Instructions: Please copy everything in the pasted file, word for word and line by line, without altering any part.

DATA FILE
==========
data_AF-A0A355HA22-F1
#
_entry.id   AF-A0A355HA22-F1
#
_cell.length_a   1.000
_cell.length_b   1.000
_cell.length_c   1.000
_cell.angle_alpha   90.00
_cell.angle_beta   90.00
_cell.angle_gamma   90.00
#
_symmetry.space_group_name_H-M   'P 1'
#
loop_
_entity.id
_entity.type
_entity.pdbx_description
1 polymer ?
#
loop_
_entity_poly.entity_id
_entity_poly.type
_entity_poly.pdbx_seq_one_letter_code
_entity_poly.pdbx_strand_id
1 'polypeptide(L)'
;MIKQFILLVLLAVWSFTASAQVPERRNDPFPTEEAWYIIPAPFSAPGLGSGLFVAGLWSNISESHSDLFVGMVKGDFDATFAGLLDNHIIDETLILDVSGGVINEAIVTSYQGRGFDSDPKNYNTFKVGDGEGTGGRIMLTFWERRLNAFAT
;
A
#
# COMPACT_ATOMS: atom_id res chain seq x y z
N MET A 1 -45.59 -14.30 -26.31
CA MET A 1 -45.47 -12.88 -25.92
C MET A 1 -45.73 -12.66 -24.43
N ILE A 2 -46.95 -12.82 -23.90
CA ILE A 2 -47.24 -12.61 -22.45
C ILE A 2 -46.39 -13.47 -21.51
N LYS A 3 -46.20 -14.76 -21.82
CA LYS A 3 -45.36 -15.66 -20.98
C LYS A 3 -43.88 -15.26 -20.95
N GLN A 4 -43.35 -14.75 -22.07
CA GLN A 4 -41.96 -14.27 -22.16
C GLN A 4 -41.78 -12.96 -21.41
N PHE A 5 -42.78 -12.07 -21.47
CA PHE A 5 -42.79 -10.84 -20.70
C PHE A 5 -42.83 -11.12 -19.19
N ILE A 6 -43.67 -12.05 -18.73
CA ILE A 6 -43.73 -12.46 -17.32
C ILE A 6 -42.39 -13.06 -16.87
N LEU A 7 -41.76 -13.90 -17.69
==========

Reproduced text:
data_AF-A0A355HA22-F1
#
_entry.id   AF-A0A355HA22-F1
#
_cell.length_a   1.000
_cell.length_b   1.000
_cell.length_c   1.000
_cell.angle_alpha   90.00
_cell.angle_beta   90.00
_cell.angle_gamma   90.00
#
_symmetry.space_group_name_H-M   'P 1'
#
loop_
_entity.id
_entity.type
_entity.pdbx_description
1 polymer ?
#
loop_
_entity_poly.entity_id
_entity_poly.type
_entity_poly.pdbx_seq_one_letter_code
_entity_poly.pdbx_strand_id
1 'polypeptide(L)'
;MIKQFILLVLLAVWSFTASAQVPERRNDPFPTEEAWYIIPAPFSAPGLGSGLFVAGLWSNISESHSDLFVGMVKGDFDATFAGLLDNHIIDETLILDVSGGVINEAIVTSYQGRGFDSDPKNYNTFKVGDGEGTGGRIMLTFWERRLNAFAT
;
A
#
# COMPACT_ATOMS: atom_id res chain seq x y z
N MET A 1 -45.59 -14.30 -26.31
CA MET A 1 -45.47 -12.88 -25.92
C MET A 1 -45.73 -12.66 -24.43
N ILE A 2 -46.95 -12.82 -23.90
CA ILE A 2 -47.24 -12.61 -22.45
C ILE A 2 -46.39 -13.47 -21.51
N LYS A 3 -46.20 -14.76 -21.82
CA LYS A 3 -45.36 -15.66 -20.98
C LYS A 3 -43.88 -15.26 -20.95
N GLN A 4 -43.35 -14.75 -22.07
CA GLN A 4 -41.96 -14.27 -22.16
C GLN A 4 -41.78 -12.96 -21.41
N PHE A 5 -42.78 -12.07 -21.47
CA PHE A 5 -42.79 -10.84 -20.70
C PHE A 5 -42.83 -11.12 -19.19
N ILE A 6 -43.67 -12.05 -18.73
CA ILE A 6 -43.73 -12.46 -17.32
C ILE A 6 -42.39 -13.06 -16.87
N LEU A 7 -41.76 -13.90 -17.69